The second objective of ensuring the appropriate level of 
regulation to protect producers and the public was the focus of 
the hearings with the Secretary of Agriculture, the 
Commissioner of FDA, and USDA's Food Safety mission area. The 
Subcommittee was particularly interested in USDA's plans to 
implement the recently enacted 2014 farm bill and how FDA is 
implementing the Food Safety Modernization Act (FSMA). FDA's 
decisions regarding prescription drug approvals also received 
scrutiny, as well as the Food Safety and Inspection Service's 
plans for using modern science and improving public health.
    The Subcommittee also discussed implementation of the 2014 
farm bill during its hearing with USDA's field agencies, 
including the Farm Service Agency, Risk Management Agency, 
Foreign Agricultural Service, and the Natural Resources 
Conservation Service.
    The third objective is to ensure funding is targeted to 
vital programs. Because the Subcommittee knows that it cannot 
fulfill all requests for funding, it focuses on those that are 
most effective and broadly supported and those that address 
imminent threats, such as citrus greening and the virulent 
viruses affecting the swine industry. In particular, 
agriculture's priority programs and needs were covered in the 
hearings on USDA's marketing, regulatory, research, and rural 
development programs.
    The Subcommittee will monitor the issues identified and 
discussed at the hearings, as well as others relevant to the 
management of USDA, FDA, CFTC, and the Farm Credit 
Administration and will maintain its oversight efforts 
throughout the 113th Congress to ensure taxpayer dollars are 
wisely and prudently used on behalf of the American people.

                                TITLE I


                         AGRICULTURAL PROGRAMS


                 Production, Processing, and Marketing


                        Office of the Secretary


                     (INCLUDING TRANSFERS OF FUNDS)




2014 appropriation....................................       $43,778,000
2015 budget estimate..................................        46,816,000
Provided in the bill..................................        41,284,000
Comparison:
    2014 appropriation................................        -2,494,000
    2015 budget estimate..............................        -5,532,000


    The following table reflects the amount provided by the 
Committee for each office and activity:

                         OFFICE OF THE SECRETARY
                         [Dollars in Thousands]
------------------------------------------------------------------------
                                                               Committee
                                          FY 2014    FY 2015
                                          enacted    estimate  provision
------------------------------------------------------------------------
Office of the Secretary................     $5,051     $5,086     $5,051
Office of Tribal Relations.............        498        502        498
Office of Homeland Security and              1,496      1,507      1,507
 Emergency Coordination................
Office of Advocacy and Outreach........      1,209      1,217      1,209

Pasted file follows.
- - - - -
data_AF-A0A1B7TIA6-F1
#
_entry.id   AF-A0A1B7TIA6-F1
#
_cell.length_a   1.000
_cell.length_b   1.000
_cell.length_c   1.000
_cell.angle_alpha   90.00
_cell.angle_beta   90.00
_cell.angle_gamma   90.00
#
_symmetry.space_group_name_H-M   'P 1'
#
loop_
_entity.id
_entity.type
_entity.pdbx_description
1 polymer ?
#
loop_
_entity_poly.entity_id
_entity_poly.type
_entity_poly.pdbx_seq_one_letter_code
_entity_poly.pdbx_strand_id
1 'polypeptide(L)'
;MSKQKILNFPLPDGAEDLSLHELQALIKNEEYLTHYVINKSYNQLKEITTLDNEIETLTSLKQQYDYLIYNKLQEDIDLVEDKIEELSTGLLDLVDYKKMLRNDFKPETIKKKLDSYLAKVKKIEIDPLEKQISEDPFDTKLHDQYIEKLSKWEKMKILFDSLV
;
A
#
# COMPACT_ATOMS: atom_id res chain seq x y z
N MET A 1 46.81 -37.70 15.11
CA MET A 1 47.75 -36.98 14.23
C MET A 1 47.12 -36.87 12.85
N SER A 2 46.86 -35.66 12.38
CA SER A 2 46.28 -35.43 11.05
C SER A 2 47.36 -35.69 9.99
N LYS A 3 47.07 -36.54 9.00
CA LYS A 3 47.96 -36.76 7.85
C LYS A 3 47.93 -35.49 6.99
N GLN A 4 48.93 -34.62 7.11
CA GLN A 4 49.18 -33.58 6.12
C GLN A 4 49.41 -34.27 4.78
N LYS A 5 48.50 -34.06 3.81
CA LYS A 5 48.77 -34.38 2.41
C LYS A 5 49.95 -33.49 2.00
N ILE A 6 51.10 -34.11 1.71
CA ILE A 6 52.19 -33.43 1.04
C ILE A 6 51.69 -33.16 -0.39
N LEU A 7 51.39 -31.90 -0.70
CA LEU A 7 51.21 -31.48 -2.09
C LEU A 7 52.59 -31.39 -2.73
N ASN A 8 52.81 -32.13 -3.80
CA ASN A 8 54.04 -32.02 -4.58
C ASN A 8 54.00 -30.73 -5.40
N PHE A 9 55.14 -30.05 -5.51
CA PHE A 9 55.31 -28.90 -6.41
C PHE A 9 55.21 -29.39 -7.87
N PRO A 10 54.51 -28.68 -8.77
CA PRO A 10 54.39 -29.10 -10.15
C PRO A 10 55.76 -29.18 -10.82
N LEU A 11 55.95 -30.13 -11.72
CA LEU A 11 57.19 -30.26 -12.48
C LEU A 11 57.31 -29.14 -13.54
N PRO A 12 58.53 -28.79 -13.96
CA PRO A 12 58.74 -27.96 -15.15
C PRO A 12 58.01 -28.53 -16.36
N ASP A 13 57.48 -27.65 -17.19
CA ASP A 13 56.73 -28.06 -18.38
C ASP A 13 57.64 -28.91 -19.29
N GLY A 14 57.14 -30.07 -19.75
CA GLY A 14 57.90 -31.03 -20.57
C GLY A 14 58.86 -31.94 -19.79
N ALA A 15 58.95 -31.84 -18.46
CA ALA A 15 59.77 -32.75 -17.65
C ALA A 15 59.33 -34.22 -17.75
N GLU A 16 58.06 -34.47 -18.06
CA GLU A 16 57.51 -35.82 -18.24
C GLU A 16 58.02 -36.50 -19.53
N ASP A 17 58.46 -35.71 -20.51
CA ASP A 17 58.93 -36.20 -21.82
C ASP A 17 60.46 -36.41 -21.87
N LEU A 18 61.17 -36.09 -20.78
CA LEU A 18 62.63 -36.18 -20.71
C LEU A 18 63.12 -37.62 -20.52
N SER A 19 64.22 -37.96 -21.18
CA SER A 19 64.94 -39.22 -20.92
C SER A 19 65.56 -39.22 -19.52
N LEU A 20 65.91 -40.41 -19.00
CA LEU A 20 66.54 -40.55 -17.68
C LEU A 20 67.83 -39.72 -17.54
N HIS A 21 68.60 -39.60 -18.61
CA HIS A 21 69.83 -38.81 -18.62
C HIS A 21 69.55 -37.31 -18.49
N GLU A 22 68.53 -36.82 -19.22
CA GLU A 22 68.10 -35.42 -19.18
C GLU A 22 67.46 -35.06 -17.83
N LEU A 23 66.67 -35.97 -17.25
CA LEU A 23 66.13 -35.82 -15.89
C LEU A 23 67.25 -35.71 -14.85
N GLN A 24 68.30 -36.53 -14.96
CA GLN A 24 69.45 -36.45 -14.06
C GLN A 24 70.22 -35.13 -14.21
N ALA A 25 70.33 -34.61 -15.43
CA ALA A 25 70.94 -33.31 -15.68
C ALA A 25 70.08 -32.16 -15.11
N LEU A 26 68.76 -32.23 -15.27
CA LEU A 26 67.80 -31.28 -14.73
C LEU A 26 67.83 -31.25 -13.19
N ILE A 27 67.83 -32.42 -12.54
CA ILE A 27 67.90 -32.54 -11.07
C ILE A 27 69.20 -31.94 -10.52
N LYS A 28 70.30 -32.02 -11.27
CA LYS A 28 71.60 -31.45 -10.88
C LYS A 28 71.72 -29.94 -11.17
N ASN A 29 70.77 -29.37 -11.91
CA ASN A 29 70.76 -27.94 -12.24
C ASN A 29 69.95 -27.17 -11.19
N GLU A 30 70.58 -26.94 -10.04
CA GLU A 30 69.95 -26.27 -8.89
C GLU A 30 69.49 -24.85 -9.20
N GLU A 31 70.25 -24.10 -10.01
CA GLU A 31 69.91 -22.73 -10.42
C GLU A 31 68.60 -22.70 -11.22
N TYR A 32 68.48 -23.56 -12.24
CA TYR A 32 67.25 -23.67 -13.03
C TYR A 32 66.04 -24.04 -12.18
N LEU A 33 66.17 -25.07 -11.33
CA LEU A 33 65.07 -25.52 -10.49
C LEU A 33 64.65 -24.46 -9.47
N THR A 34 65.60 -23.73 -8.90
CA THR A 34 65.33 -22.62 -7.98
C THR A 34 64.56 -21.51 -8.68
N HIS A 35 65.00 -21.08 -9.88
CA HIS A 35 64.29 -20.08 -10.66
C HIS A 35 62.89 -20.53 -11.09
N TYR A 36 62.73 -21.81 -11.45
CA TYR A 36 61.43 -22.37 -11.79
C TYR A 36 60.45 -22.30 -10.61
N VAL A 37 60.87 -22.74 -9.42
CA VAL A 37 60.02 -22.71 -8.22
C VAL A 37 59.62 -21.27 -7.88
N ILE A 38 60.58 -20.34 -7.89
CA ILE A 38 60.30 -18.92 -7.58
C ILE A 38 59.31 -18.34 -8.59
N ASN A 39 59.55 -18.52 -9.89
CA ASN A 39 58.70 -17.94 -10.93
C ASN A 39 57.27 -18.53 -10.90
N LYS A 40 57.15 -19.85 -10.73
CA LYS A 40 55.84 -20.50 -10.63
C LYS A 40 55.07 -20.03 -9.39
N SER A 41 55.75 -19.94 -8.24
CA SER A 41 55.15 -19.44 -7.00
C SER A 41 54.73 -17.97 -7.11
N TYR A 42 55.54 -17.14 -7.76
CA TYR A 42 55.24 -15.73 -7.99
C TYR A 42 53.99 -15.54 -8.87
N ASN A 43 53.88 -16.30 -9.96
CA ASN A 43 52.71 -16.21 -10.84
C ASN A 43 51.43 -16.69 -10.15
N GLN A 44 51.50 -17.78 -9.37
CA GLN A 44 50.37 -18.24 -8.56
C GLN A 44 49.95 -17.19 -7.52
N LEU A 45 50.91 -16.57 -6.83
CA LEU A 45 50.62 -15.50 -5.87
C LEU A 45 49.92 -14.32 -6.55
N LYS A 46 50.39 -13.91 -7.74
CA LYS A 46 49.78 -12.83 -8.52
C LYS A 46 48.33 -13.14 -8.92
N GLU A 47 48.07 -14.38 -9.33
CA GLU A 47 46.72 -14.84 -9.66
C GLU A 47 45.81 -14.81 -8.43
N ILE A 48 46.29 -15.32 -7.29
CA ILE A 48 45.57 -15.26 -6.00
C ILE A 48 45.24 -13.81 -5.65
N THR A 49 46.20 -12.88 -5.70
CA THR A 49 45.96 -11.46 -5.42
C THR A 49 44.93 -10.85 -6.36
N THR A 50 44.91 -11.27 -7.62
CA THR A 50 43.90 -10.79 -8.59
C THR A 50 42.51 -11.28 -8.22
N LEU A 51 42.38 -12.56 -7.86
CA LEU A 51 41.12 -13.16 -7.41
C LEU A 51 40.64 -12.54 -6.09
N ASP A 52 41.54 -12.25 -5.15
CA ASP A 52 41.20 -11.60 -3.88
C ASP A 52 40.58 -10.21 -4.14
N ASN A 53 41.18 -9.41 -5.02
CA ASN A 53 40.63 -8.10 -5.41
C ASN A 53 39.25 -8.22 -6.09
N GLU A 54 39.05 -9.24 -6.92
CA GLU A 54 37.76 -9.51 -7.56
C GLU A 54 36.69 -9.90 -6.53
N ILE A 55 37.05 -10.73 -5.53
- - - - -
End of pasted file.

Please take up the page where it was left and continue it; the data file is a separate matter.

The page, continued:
Office of the Assistant Secretary for          804        809        804
 Administration........................
Departmental Administration............     22,786     25,661     22,811
Office of the Assistant Secretary for        3,869      3,897      3,869
 Congressional Relations...............
Office of Communications...............      8,065      8,137      5,535
                                        --------------------------------
      Total............................    $43,778    $46,816    $41,284
------------------------------------------------------------------------

                          COMMITTEE PROVISIONS

    For the Office of the Secretary, the Committee provides an 
appropriation of $41,284,000. The Committee recommendation 
includes the following offices under the Office of the 
Secretary: Office of the Secretary; Office of Tribal Relations; 
Office of Homeland Security and Emergency Coordination; Office 
of Advocacy and Outreach; Office of the Assistant Secretary for 
Administration; Departmental Administration; Office of the 
Assistant Secretary for Congressional Relations; and Office of 
Communications.
    Pay Cost.--The Committee does not include requested funding 
for a civilian pay increase across the Department.
    Improper Payments.--The Office of the Inspector General 
recently reported that USDA's agencies and offices have made 
progress toward improving their processes to identify, report, 
and reduce improper payments. However, USDA estimated it made 
$6,200,000,000 in improper payments in fiscal year 2013. The 
Committee finds this unacceptable and strongly encourages the 
Secretary to make a concerted effort to significantly reduce 
USDA's improper payments in fiscal year 2015.
    CCC Report.--The Committee directs the Secretary to provide 
a report on November 15, 2014, and May 16, 2015, on planned 
uses of funding under the authorities of Section 4 and Section 
11 of the Commodity Credit Corporation Charter Act.
    Notification.--Within 30 days from the enactment of this 
Act, the Secretary shall notify the House and Senate Committees 
on Appropriations on the allocation of the funds provided to 
the Assistant Secretary for Congressional Relations by USDA 
agency, along with an explanation for the agency-by-agency 
distribution of the funds.